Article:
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Thread: Pipe replacements

  1. Back To Top    #1

    Join Date
    Apr 2014
    Location
    Ontario, Canada
    Posts
    49

    Pipe replacements

    Hi All,

    I need to replace my pump. Since I'm going to do that work i would also like to replace the existing piping with ridged white pipe . I've got a couple of questions I'm hoping people can help me out with.
    The first is, I'd like to replace the grey and white flexible pipes (three of them that you can see in the picture) with the solid white pool piping...you can see that these are connected to the black semi flexible pipe (not sure of the technical name) going/coming from the drain/skimmer and returns. The question is, what kind of connector would I use to join the black semi flexible pipe to the new solid white pipes? I'd like to make this a permanent connection since this seems like a place that always leaks.

    The second question is, the pump is below the water level of the pool by about 2 feet. Any time I tape into the main drain pipe, the water starts to flow. Is there a way to temporarily plug the main drain (a rubber mat or something laid down over the drain?) with out getting in the pool?

    The third is, since my pump is not at water level (and this makes maintenance difficult due to the water flow from the pool) would it be a good or bad idea to build a shelf (to bring it to water level) for the pump to sit on. (this would have the added benefit of being at a higher level when working on it) or should I just loop the piping above water level then back down to the pump?

    The forth, I know this is likely a preference thing, but I wouldn't mind getting input on it, would it be a good idea to put unions in just before central diverter?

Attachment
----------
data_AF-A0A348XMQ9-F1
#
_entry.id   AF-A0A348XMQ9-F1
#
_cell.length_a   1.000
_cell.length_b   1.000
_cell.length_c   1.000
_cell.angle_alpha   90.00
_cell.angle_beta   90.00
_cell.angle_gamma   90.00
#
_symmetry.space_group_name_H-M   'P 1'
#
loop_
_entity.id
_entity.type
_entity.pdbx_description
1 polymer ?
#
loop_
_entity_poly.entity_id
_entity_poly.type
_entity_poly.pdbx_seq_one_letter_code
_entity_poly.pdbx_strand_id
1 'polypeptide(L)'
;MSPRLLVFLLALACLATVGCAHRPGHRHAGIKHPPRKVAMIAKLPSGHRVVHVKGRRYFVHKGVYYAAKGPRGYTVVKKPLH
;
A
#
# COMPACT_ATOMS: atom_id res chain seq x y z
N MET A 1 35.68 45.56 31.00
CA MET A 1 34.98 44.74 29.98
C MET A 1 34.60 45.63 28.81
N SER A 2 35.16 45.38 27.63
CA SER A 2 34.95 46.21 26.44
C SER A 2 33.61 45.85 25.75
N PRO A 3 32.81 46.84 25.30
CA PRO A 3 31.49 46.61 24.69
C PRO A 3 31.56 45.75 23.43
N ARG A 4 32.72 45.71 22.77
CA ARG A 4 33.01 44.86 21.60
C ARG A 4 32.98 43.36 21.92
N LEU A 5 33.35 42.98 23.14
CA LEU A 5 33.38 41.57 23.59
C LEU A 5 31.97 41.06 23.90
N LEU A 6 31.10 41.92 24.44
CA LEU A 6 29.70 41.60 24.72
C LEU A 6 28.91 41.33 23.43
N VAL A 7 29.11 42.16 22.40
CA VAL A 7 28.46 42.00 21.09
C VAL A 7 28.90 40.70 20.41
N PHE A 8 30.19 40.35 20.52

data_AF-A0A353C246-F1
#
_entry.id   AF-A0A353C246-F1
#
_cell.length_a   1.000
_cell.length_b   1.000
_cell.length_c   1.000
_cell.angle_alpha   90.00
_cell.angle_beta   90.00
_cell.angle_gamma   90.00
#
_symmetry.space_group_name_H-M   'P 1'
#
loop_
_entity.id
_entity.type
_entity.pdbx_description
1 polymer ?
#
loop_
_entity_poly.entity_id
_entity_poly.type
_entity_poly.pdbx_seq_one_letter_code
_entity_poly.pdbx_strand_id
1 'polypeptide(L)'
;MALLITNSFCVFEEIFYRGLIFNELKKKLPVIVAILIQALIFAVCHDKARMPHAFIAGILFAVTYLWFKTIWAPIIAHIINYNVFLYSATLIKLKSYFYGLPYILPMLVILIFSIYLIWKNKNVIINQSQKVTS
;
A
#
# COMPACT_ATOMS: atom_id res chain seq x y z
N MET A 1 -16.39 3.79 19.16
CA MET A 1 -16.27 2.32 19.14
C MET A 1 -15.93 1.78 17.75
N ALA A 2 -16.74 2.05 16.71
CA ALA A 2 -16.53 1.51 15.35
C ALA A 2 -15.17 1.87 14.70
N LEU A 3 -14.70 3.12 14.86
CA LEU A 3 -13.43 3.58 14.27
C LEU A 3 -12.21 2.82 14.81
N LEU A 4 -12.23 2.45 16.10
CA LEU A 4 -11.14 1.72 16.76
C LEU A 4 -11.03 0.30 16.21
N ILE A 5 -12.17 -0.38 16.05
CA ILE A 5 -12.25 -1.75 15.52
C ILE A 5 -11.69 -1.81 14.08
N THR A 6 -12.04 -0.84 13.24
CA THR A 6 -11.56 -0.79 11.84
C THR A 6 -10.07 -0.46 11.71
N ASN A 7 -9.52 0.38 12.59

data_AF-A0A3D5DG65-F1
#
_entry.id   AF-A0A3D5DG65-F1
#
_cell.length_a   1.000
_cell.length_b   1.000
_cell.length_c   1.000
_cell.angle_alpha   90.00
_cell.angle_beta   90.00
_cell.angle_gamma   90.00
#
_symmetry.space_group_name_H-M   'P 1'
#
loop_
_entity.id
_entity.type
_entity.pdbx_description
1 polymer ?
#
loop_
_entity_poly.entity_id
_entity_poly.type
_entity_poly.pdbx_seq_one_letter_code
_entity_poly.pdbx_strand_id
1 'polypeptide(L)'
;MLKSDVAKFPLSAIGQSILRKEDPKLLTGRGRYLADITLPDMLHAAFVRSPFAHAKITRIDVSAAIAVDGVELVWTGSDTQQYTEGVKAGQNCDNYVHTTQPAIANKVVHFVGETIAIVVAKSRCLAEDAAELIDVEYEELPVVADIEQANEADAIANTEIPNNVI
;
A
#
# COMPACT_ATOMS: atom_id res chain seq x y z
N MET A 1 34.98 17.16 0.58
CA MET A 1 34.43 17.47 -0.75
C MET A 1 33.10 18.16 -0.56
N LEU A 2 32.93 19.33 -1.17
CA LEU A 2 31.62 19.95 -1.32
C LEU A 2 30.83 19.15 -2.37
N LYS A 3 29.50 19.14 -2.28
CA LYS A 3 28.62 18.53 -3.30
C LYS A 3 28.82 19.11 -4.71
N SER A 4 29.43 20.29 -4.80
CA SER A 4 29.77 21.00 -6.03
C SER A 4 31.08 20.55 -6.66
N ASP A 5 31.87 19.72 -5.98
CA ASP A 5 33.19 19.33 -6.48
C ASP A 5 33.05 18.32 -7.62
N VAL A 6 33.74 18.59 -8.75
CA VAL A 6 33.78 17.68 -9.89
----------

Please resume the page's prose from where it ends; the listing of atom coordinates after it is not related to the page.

Thanks for any input
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  2. Back To Top    #2
    Mod Squad jblizzle's Avatar
    Join Date
    May 2010
    Location
    Tucson, AZ
    Posts
    37,389

    Re: Pipe replacements

    1. You would need a barbed fitting like you have on one side and either a pipe thread or slip fitting on the other side (likely a threaded and then you would use a PVC adapter to switch to the slip fittings).

    2. A rubber mat might slow it down. Just glue all the solid pipe first and then work on the barbed fitting. You could open up the pump lid before to see if the mat is working at preventing the flow out the drain.

    3. If you raise the pump, then you will need a self-priming pump instead of an above-ground pump. I would just add some shut off valves that you can close to isolate the pump.
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  3. Back To Top    #3

    Join Date
    Apr 2014
    Location
    Ontario, Canada
    Posts
    49

    Re: Pipe replacements

    Thanks for your input Jason. I'll post an "after" picture...that will not be blurry, of the hopefully tidy results.

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